It seems like nothing is safe from "The Simpsons- excruciatingly thorough examination of society because the program expresses and exploits almost every aspect of American public and private life. Each character, with their stereotypes and clichés, symbolizes one specific problem in our society, and gives a ridiculous appearance of these aspects of ordinary life by using exaggeration and extensive humor. Whether it is Homer with his laziness and excessive food/beer intake, Police Chief Wiggum's corrupt law practices or Mayor Quimby's lack of morals, all the problems exhibited in the show are common issues that American society deals with. However, with the popularity and widespread acceptance of the show itself comes the controversy that constantly surrounds it. Many, if not all of the critiques of these social aspects that are present in the show, are understood as insulting by some viewers. This is not the intention of these relations at all. They are merely present in the show to exemplify social problems to viewers. The fact is that the parallels between "The Simpsons- and the American culture are not just pure chance, yet they are present to indirectly prove and expose various imperfections in American Society to the public. .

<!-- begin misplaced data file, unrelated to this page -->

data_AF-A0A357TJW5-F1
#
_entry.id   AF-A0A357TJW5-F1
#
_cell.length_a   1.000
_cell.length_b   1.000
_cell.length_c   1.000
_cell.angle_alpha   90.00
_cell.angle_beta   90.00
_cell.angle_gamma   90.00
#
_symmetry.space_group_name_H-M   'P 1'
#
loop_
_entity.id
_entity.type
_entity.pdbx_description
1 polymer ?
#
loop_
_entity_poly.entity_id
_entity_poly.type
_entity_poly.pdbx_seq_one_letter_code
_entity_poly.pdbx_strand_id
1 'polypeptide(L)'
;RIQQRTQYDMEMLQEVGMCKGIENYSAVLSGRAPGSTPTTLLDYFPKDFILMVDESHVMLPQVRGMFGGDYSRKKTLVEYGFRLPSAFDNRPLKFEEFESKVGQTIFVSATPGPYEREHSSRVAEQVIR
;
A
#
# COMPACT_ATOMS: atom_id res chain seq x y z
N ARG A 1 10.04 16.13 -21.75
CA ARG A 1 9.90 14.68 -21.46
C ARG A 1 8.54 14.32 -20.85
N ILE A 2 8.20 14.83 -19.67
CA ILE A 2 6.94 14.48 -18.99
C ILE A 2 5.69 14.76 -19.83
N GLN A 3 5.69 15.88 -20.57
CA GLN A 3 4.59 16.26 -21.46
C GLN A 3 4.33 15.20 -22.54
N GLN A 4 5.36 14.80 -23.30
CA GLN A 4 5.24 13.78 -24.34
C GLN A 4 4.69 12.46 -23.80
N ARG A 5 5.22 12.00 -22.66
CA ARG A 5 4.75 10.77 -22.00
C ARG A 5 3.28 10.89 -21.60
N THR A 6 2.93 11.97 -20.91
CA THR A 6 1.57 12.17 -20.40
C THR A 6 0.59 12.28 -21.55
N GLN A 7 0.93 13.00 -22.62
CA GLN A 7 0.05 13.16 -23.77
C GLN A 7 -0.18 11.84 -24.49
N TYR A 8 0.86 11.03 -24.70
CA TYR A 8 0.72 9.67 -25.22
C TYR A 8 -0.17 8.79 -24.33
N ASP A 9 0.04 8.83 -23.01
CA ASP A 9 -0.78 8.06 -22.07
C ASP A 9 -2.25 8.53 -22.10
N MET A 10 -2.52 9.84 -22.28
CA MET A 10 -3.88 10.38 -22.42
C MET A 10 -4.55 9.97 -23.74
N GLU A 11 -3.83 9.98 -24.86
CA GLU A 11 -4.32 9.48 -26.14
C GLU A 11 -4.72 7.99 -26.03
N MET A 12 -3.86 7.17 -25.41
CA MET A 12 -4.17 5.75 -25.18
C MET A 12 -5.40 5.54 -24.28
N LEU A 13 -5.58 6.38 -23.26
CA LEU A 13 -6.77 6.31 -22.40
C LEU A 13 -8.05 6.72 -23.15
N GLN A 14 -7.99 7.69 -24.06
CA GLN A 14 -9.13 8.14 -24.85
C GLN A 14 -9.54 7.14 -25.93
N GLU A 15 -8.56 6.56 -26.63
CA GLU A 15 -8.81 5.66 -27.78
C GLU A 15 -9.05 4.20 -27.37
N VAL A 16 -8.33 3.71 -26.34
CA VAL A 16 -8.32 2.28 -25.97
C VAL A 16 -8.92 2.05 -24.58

"The Simpsons- gives people a critical look at some of the prevalent American institutions commonly seen in our lives. Week after week the American political structure, the medical system, the educational system, and even police corruption are confronted by the show. For example, "The Simpsons- attempts to prove and then reinforce the fact that the medical system currently existing in the U.S. is mainly available for wealthy citizens. In a series of X-ray shots of Homer's chest, it is seen that his heart is dangerously clogged with doughnut residue and that he is in need of a triple bypass operation. The operation costs $40,000, but Homer cannot afford that much, so he goes to Dr.